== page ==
The minutes and measure of a man.

On Saturday night, at a small restaurant at an even smaller table, four parents discussed parenting. That’s a big topic. Broad and cavernous – so full of the space between all our ideologies and thoughts. 4 parents. 4 philosophies. No matter how intertwined, when it comes right down to it, we are always and utterly in left field. There is no amount of sameness that makes parenting truly feel simpatico.

We were talking about the rapture of current parenting. This new-age “all in” prom. Everyday, all of the children are kings and queens and we’re there to make sure no one spikes the punch. It’s lovely and exhausting; our wanting to be fully involved while functioning on the same lack of sleep as our forefathers. Four score and seven cups of coffee ago.

With all of the supposed progress, it’s much the same except the stakes are so much higher. We MUST be present or, to our children’s chagrin, we are absentee. And, we worry so much more about being absentee even though we are perpetually and stunningly there. SO there. It’s nonsense this “not enough”. It’s nonsense.

Because…

Whenever I’m in the depths of the, “I don’t show up enough.”, I always think of my father.

My parents divorced when I was very young. I saw my father only during the summer. Still, he is my soft place to land. He is my humanity ground zero. When all is broken, he is the fullness of possibility and the truthful teller of the consequences of bad decisions. He is the parent I run to and he was rarely “there”.

There is subjective. There bends.

He was always and boldly working toward fulfilling his dream of being a musician. Our fleeting times with him were mostly spent with grandparents I’ve grown to idolize and homes I’ve grown to daily daydream of. His presence in his own life, never giving up on his life’s calling, led to a very rich carousel of love and presence in the family around us; yet, I can imagine that he felt the ugly tug of parenting guilt. He worked constantly and we did what latchkey kids do – we used our goddamn imagination.

Guess what? We’re ok.

My father taught me about the value of kindness, the bravery of a great adventure, the American songbook and the weight of your own decisions.

We probably spent, on average, roughly 90 quality minutes with him every day for two months once a year.

Yet, those 90 minutes are the cornerstone of who I am.

I think of the time I spend with my children…the kitchen that I seem to occupy with every spare breath I breathe. The meals that take on a life of their own and the pure function that overrides the fun. You can’t spell function without f-u-n. But, watch us try…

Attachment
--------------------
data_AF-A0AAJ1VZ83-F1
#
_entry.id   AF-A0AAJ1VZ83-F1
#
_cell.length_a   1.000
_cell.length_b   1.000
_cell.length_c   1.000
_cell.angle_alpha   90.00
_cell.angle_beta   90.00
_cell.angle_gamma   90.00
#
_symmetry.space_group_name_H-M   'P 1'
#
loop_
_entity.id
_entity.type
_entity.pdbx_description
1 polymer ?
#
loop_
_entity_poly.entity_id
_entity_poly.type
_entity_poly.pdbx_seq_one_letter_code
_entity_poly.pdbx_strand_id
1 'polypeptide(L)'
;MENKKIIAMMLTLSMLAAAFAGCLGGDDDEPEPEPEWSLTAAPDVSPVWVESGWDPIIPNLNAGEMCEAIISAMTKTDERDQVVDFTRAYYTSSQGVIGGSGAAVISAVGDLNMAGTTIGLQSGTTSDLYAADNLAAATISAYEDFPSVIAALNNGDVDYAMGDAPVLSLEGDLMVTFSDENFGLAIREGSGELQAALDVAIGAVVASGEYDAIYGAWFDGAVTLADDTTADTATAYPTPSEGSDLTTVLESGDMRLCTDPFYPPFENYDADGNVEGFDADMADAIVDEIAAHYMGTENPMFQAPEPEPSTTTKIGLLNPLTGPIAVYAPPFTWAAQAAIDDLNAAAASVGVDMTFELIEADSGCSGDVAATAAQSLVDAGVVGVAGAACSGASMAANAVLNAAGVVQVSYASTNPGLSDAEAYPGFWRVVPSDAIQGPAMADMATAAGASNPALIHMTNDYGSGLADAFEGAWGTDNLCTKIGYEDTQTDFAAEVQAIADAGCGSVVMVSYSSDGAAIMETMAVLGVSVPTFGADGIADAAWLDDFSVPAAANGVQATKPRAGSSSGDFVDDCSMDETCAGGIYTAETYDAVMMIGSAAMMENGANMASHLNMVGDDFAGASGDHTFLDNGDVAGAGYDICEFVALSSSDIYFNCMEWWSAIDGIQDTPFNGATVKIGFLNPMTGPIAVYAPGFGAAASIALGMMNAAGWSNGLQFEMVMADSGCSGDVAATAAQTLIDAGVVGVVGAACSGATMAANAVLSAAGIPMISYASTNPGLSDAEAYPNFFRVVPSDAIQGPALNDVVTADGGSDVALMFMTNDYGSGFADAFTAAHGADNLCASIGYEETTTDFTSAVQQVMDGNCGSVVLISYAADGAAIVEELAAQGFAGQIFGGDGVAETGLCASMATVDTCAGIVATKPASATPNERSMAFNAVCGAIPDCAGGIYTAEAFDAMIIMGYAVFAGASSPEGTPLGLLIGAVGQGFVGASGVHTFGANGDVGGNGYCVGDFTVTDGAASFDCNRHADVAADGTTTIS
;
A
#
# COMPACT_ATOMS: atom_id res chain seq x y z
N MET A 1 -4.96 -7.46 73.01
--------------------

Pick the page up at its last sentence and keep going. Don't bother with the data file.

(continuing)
As I readied myself for this Saturday night dinner, my eldest daughter was showering while I put on make-up and we spoke for about 15 minutes about friendship and secrets. Those you should keep and those you should never keep. We talked about her growing up. We talked a little about me growing up. I’d been with her all day and yet, these 15 minutes, we were both THERE. We were both all in and I think, if I can just carve 15 minutes a day just like that into their lives, that will equal success.

It’s ok that I can’t be totally and 100% present every moment. It really is. Being there is about providing the cornerstone and there’s no manual on how much time builds the foundation.

It could be 15 minutes a day. There is something stunning about that. There is something beautiful. I’m giving myself permission to truly be there for 15 minutes a day – because right now, that’s the best I can do. That means that I also have to give myself permission to not worry about how much I’m messing it up the other hours of the day while writing, cooking, laundering or just, sometimes blindly, showing up.

90 minutes for 2 months a year taught me all of the good things I know about truth, love, life and the human experience. Maybe we should all relax a little.

Happy Birthday, Dad. I love you.

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Comments

  1. I totally agree with you! Even children want space and get preoccupied with the daily tasks that go on. I think it’s unrealistic to be totally present 24/7. To be honest my son would get sick of me. We can’t make every day or event special as much as we may try.

  2. Andrea Miller says:

    PERFECT! We all grew up with out our parents being “there” 100% of the time and we all basically turned out just fine. We are competent independent adults! We can handle most situations that are thrown at us reasonably well. Todays kids are growing up unable to do that and it’s mostly because parents feel that they aren’t “there” enough or that they don’t do enough for their children when in fact they are doing TOO much for their children. Let our children figure things out on their own, let them use their own imaginations, let them experience and explore {within reason} on their own. As parents we are meant to guide them, be there for them, and help them grow into who they are to be, we are not there to DO everything and think of everything for them. Guide & teach. That’s our job. As you say supply the cornerstones and build the foundation, we can’t build the whole person. Great article.

  3. I love the way you cut through the noise and tell me exactly what my heart knows to be true.

  4. Elizabeth says:

    This is simply gorgeous. Thank you.

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